Monday, December 23, 2013

Egypt's Full Circle: Dark Days in Egypt

Egypt has come full circle- Through a series of developments that lead back to the original source, position . The NYT’s call it “Dark Days in Egypt”

I call it..... exactly as I had suspected

“Immediately after the psyop coup you may recall my comment “cue the civil war”. That is how I interpreted that event.  An inevitable push towards chaos. The whole meme for the coup was ‘well democracy just can’t work for those people” I made reference to “white mans burden” and other of the usual western drivel”

Dark days???? My how the narrative has changed.
 Last week, Egypt’s military dictators stormed the offices of a prominent human rights organization and charged Mohamed Morsi, the deposed president, with participating in a fantastical terrorist plot. The news from Egypt has become so unrelentingly bad that it is difficult to see how this nation can recover from a self-inflicted spiral of repression, violence and paranoia.

“Egypt’s military dictators”?  Weren’t we supposed to believe the Egyptian people demanded the military save them from the Islamists?

“Self inflicted spiral of repression, violence and paranoia”- Because democracy just can’t work for those people.....

The move against the human rights group, the Egyptian Center for Economic and Social Rights, was another sign of the generals’ eagerness to widen their crackdown beyond Islamist supporters of Mr. Morsi to anyone in society who might challenge their authoritarian ways. Heavily armed state security agents detained and beat staff members of the organization during a nine-hour ordeal. They eventually released all of them except Mohamed Adel, a key member of the April 6 movement that helped mobilize the uprising against Hosni Mubarak almost three years ago. All of the April 6 movement leaders have now been jailed, and on Sunday Mr. Adel and two others received three-year prison sentences.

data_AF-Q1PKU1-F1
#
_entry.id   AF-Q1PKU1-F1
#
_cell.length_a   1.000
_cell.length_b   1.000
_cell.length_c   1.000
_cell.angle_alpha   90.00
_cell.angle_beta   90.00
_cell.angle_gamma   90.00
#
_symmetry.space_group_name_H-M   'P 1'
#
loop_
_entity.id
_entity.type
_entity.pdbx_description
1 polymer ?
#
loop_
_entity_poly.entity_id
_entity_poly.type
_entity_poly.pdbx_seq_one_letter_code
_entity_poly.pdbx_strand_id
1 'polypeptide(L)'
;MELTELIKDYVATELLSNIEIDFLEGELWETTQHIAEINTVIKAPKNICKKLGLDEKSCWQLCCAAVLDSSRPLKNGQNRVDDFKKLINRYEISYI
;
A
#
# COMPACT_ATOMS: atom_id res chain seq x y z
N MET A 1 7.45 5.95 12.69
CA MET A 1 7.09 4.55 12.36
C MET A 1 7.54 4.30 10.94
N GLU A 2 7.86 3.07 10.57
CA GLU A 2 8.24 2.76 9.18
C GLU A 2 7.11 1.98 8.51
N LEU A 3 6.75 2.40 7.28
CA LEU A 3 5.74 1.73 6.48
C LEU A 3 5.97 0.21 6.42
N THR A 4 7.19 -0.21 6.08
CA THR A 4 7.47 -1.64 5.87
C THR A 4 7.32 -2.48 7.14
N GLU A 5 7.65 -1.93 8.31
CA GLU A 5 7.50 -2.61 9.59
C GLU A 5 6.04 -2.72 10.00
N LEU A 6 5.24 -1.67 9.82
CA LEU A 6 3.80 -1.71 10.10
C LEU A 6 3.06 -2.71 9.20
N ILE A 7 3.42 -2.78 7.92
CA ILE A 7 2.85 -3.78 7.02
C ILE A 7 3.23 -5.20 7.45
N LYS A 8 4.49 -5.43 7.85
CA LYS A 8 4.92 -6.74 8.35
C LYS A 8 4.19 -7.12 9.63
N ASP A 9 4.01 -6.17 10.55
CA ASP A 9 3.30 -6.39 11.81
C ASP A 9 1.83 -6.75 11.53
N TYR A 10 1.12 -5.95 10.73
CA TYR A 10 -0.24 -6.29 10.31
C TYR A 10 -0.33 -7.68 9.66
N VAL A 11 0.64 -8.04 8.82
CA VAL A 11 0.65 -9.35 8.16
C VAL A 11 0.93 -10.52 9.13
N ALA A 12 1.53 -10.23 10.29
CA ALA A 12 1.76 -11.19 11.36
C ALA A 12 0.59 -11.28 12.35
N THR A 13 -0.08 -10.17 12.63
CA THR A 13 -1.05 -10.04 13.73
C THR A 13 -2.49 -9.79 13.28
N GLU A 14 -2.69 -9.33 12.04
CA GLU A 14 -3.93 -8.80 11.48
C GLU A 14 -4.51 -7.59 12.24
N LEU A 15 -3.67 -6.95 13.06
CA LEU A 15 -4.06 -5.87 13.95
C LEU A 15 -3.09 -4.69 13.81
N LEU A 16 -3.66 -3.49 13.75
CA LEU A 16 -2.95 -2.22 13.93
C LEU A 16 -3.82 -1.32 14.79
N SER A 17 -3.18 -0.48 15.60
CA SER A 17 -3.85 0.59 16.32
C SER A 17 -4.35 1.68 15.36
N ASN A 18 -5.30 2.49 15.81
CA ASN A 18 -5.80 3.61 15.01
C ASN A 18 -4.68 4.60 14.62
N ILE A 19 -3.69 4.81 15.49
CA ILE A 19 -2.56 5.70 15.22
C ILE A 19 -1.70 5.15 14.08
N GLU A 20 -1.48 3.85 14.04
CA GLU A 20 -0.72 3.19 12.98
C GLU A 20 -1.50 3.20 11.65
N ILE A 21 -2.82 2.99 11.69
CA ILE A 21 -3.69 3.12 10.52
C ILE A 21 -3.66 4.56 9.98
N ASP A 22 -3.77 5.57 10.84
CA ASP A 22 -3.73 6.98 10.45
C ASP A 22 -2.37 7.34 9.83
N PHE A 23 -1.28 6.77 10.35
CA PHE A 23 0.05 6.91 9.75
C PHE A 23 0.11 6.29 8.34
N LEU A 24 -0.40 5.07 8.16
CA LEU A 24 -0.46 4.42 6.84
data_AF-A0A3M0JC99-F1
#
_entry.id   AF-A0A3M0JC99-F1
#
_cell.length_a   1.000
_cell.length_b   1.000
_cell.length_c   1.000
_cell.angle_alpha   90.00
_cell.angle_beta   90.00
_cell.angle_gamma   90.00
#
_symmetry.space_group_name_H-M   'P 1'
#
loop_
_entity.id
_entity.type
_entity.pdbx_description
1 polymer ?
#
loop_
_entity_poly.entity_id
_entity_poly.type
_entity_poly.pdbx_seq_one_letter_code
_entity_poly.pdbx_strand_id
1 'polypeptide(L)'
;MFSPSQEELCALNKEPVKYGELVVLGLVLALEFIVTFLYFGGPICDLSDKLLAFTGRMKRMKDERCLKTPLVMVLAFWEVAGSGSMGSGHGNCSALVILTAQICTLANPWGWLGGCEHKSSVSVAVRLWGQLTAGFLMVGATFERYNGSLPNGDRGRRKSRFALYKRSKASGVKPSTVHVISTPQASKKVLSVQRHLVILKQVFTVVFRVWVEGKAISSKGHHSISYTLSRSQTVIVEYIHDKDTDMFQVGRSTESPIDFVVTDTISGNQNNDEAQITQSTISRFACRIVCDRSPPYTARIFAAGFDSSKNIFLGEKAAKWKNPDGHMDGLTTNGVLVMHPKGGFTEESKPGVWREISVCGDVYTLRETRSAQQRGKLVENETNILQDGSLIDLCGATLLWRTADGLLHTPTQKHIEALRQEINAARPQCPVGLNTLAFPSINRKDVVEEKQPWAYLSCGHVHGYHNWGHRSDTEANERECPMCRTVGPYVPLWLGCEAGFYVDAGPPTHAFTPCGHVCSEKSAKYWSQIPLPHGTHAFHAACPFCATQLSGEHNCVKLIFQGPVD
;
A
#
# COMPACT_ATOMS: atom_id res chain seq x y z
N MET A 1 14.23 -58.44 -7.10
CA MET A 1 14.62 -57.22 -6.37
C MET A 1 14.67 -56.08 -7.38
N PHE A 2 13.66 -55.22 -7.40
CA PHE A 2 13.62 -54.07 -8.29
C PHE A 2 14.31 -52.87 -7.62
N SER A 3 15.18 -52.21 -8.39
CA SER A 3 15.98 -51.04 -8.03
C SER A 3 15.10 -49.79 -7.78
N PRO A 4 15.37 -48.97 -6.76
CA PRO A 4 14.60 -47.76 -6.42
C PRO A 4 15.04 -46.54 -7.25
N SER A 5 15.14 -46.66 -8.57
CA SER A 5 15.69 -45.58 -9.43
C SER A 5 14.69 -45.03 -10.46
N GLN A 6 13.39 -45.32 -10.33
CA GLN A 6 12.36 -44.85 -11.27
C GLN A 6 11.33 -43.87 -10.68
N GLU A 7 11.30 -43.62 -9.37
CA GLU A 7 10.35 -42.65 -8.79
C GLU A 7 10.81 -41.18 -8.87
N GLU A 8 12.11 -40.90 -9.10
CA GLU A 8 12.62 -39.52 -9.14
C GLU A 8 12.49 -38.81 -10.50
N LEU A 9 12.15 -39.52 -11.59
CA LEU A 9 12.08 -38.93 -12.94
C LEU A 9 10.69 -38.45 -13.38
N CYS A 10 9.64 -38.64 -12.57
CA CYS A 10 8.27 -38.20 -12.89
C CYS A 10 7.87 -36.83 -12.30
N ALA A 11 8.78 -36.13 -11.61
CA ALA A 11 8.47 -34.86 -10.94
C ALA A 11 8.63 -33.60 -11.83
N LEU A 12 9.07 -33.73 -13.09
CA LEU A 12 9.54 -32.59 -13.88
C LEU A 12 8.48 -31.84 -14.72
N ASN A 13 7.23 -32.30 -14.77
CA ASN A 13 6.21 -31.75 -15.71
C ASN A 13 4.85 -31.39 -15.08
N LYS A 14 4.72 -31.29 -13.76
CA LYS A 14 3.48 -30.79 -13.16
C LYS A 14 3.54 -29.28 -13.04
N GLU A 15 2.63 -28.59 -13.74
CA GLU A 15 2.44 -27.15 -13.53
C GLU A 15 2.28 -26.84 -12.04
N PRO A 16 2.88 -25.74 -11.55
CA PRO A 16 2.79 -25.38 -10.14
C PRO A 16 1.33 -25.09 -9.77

The authorities filed new criminal charges against Mr. Morsi, the democratically elected president who has been detained since he was deposed on July 3, accusing him of a plot that involved killing protesters and leaking state secrets to the Iranian Revolutionary Guard. No evidence has been presented, of course. Human rights groups have called the charges preposterous; Mr. Morsi and his alleged collaborators could face the death penalty if convicted.

Meanwhile, the Committee to Protect Journalists listed Egypt as the ninth-worst offender for jailing journalists in 2013, and the Committee on Academic Freedom of the Middle East Studies Association, which promotes scholarship on the Middle East and North Africa, expressed concern about a “worsening climate for free speech and peaceable assembly” on university campuses in Egypt.

All of this comes as elements of the old order are being revived. On Thursday, an Egyptian court acquitted a Mubarak-era minister, Ahmed Shafiq, of corruption charges in a land deal involving Mr. Mubarak’s two sons, Alaa and Gamal, who were also acquitted but still face other charges.

If it were another country, members of Congress would be furious. Instead, because the United States considers Egypt crucial to regional stability and because of Egypt’s peace treaty with Israel, the Senate Foreign Relations Committee on Wednesday approved legislation that would make it easier to resume aid, which was largely suspended after Mr. Morsi was deposed. The generals are almost certain to interpret that as an endorsement of their authoritarian methods.

And, unsurprisingly the US approves legislation that makes it easier to resume aid, that had been largely, but not completely suspended to Egypt. The generals will indeed interpret the legislation approval as an endorsement of their authoritarian methods because it is!

FYI: Don't miss the post from late yesterday: Lots of good info
 Turkey & Ukraine afflicted with EU/ private banking/business parasites

No comments:

Post a Comment